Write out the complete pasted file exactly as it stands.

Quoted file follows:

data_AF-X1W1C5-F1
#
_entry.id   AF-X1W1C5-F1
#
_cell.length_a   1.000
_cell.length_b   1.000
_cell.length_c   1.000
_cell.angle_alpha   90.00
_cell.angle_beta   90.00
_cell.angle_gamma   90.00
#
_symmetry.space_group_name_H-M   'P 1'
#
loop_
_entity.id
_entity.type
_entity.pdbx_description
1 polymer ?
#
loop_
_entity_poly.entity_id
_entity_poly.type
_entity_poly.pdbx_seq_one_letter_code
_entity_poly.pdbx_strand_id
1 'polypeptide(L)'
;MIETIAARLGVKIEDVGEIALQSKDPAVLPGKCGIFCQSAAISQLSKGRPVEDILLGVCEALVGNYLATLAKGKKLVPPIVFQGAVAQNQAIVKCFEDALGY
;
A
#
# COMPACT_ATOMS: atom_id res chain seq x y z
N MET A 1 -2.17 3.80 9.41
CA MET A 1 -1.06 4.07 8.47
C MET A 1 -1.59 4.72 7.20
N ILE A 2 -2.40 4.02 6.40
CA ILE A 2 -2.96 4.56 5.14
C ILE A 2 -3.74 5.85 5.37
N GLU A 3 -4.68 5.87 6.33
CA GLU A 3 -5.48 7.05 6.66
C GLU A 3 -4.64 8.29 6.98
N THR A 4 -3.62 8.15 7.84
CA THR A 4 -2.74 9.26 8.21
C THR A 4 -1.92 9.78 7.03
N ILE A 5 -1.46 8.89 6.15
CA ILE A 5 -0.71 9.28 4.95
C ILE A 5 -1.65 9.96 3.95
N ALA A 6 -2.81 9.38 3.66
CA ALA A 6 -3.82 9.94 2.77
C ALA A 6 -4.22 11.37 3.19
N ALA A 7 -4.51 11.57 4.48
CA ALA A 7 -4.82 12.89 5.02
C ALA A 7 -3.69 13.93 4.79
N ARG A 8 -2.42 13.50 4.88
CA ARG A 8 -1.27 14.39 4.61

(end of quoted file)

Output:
data_AF-X1W1C5-F1
#
_entry.id   AF-X1W1C5-F1
#
_cell.length_a   1.000
_cell.length_b   1.000
_cell.length_c   1.000
_cell.angle_alpha   90.00
_cell.angle_beta   90.00
_cell.angle_gamma   90.00
#
_symmetry.space_group_name_H-M   'P 1'
#
loop_
_entity.id
_entity.type
_entity.pdbx_description
1 polymer ?
#
loop_
_entity_poly.entity_id
_entity_poly.type
_entity_poly.pdbx_seq_one_letter_code
_entity_poly.pdbx_strand_id
1 'polypeptide(L)'
;MIETIAARLGVKIEDVGEIALQSKDPAVLPGKCGIFCQSAAISQLSKGRPVEDILLGVCEALVGNYLATLAKGKKLVPPIVFQGAVAQNQAIVKCFEDALGY
;
A
#
# COMPACT_ATOMS: atom_id res chain seq x y z
N MET A 1 -2.17 3.80 9.41
CA MET A 1 -1.06 4.07 8.47
C MET A 1 -1.59 4.72 7.20
N ILE A 2 -2.40 4.02 6.40
CA ILE A 2 -2.96 4.56 5.14
C ILE A 2 -3.74 5.85 5.37
N GLU A 3 -4.68 5.87 6.33
CA GLU A 3 -5.48 7.05 6.66
C GLU A 3 -4.64 8.29 6.98
N THR A 4 -3.62 8.15 7.84
CA THR A 4 -2.74 9.26 8.21
C THR A 4 -1.92 9.78 7.03
N ILE A 5 -1.46 8.89 6.15
CA ILE A 5 -0.71 9.28 4.95
C ILE A 5 -1.65 9.96 3.95
N ALA A 6 -2.81 9.38 3.66
CA ALA A 6 -3.82 9.94 2.77
C ALA A 6 -4.22 11.37 3.19
N ALA A 7 -4.51 11.57 4.48
CA ALA A 7 -4.82 12.89 5.02
C ALA A 7 -3.69 13.93 4.79
N ARG A 8 -2.42 13.50 4.88
CA ARG A 8 -1.27 14.39 4.61